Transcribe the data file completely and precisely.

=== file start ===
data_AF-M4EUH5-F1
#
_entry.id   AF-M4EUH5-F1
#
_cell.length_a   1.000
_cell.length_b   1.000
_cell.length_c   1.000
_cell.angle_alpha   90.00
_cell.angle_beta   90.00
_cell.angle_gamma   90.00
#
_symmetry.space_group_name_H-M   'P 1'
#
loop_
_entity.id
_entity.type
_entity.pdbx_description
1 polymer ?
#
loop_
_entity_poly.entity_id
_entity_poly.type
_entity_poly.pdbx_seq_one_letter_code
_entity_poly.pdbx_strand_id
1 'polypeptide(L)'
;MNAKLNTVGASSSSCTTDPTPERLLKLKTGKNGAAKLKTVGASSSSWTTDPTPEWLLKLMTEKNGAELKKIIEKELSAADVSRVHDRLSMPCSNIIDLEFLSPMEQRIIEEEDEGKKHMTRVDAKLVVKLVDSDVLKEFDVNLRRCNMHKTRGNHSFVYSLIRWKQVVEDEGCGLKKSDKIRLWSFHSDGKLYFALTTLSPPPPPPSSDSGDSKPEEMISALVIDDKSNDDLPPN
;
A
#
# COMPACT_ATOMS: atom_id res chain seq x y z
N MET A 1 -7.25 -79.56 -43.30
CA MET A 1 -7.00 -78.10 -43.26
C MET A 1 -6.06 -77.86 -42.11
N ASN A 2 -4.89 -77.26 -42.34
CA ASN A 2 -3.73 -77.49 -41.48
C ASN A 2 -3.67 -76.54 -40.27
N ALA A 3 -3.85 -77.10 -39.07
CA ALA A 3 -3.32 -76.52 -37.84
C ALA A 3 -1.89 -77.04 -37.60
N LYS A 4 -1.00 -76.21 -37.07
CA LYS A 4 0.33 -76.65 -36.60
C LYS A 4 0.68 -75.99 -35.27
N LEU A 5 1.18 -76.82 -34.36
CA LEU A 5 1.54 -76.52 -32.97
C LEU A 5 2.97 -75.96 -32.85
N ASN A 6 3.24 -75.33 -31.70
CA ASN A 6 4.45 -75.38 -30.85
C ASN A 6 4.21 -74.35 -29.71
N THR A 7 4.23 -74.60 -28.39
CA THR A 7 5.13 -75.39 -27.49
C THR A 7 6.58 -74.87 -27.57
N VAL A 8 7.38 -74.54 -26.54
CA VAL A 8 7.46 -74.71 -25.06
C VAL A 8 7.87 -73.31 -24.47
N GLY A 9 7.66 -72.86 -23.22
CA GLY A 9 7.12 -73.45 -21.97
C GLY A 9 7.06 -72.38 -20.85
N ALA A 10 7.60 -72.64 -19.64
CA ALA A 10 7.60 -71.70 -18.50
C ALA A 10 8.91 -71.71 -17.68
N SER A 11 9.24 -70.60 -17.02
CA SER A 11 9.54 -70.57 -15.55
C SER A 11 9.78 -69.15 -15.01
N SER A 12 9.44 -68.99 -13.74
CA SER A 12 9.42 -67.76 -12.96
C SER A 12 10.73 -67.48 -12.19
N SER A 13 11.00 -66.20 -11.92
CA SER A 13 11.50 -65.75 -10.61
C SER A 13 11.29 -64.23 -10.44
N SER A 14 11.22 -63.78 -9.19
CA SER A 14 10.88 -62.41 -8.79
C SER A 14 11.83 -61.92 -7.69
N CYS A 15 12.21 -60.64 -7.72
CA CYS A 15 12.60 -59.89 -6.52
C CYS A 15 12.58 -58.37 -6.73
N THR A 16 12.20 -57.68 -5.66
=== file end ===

data_AF-M4EUH5-F1
#
_entry.id   AF-M4EUH5-F1
#
_cell.length_a   1.000
_cell.length_b   1.000
_cell.length_c   1.000
_cell.angle_alpha   90.00
_cell.angle_beta   90.00
_cell.angle_gamma   90.00
#
_symmetry.space_group_name_H-M   'P 1'
#
loop_
_entity.id
_entity.type
_entity.pdbx_description
1 polymer ?
#
loop_
_entity_poly.entity_id
_entity_poly.type
_entity_poly.pdbx_seq_one_letter_code
_entity_poly.pdbx_strand_id
1 'polypeptide(L)'
;MNAKLNTVGASSSSCTTDPTPERLLKLKTGKNGAAKLKTVGASSSSWTTDPTPEWLLKLMTEKNGAELKKIIEKELSAADVSRVHDRLSMPCSNIIDLEFLSPMEQRIIEEEDEGKKHMTRVDAKLVVKLVDSDVLKEFDVNLRRCNMHKTRGNHSFVYSLIRWKQVVEDEGCGLKKSDKIRLWSFHSDGKLYFALTTLSPPPPPPSSDSGDSKPEEMISALVIDDKSNDDLPPN
;
A
#
# COMPACT_ATOMS: atom_id res chain seq x y z
N MET A 1 -7.25 -79.56 -43.30
CA MET A 1 -7.00 -78.10 -43.26
C MET A 1 -6.06 -77.86 -42.11
N ASN A 2 -4.89 -77.26 -42.34
CA ASN A 2 -3.73 -77.49 -41.48
C ASN A 2 -3.67 -76.54 -40.27
N ALA A 3 -3.85 -77.10 -39.07
CA ALA A 3 -3.32 -76.52 -37.84
C ALA A 3 -1.89 -77.04 -37.60
N LYS A 4 -1.00 -76.21 -37.07
CA LYS A 4 0.33 -76.65 -36.60
C LYS A 4 0.68 -75.99 -35.27
N LEU A 5 1.18 -76.82 -34.36
CA LEU A 5 1.54 -76.52 -32.97
C LEU A 5 2.97 -75.96 -32.85
N ASN A 6 3.24 -75.33 -31.70
CA ASN A 6 4.45 -75.38 -30.85
C ASN A 6 4.21 -74.35 -29.71
N THR A 7 4.23 -74.60 -28.39
CA THR A 7 5.13 -75.39 -27.49
C THR A 7 6.58 -74.87 -27.57
N VAL A 8 7.38 -74.54 -26.54
CA VAL A 8 7.46 -74.71 -25.06
C VAL A 8 7.87 -73.31 -24.47
N GLY A 9 7.66 -72.86 -23.22
CA GLY A 9 7.12 -73.45 -21.97
C GLY A 9 7.06 -72.38 -20.85
N ALA A 10 7.60 -72.64 -19.64
CA ALA A 10 7.60 -71.70 -18.50
C ALA A 10 8.91 -71.71 -17.68
N SER A 11 9.24 -70.60 -17.02
CA SER A 11 9.54 -70.57 -15.55
C SER A 11 9.78 -69.15 -15.01
N SER A 12 9.44 -68.99 -13.74
CA SER A 12 9.42 -67.76 -12.96
C SER A 12 10.73 -67.48 -12.19
N SER A 13 11.00 -66.20 -11.92
CA SER A 13 11.50 -65.75 -10.61
C SER A 13 11.29 -64.23 -10.44
N SER A 14 11.22 -63.78 -9.19
CA SER A 14 10.88 -62.41 -8.79
C SER A 14 11.83 -61.92 -7.69
N CYS A 15 12.21 -60.64 -7.72
CA CYS A 15 12.60 -59.89 -6.52
C CYS A 15 12.58 -58.37 -6.73
N THR A 16 12.20 -57.68 -5.66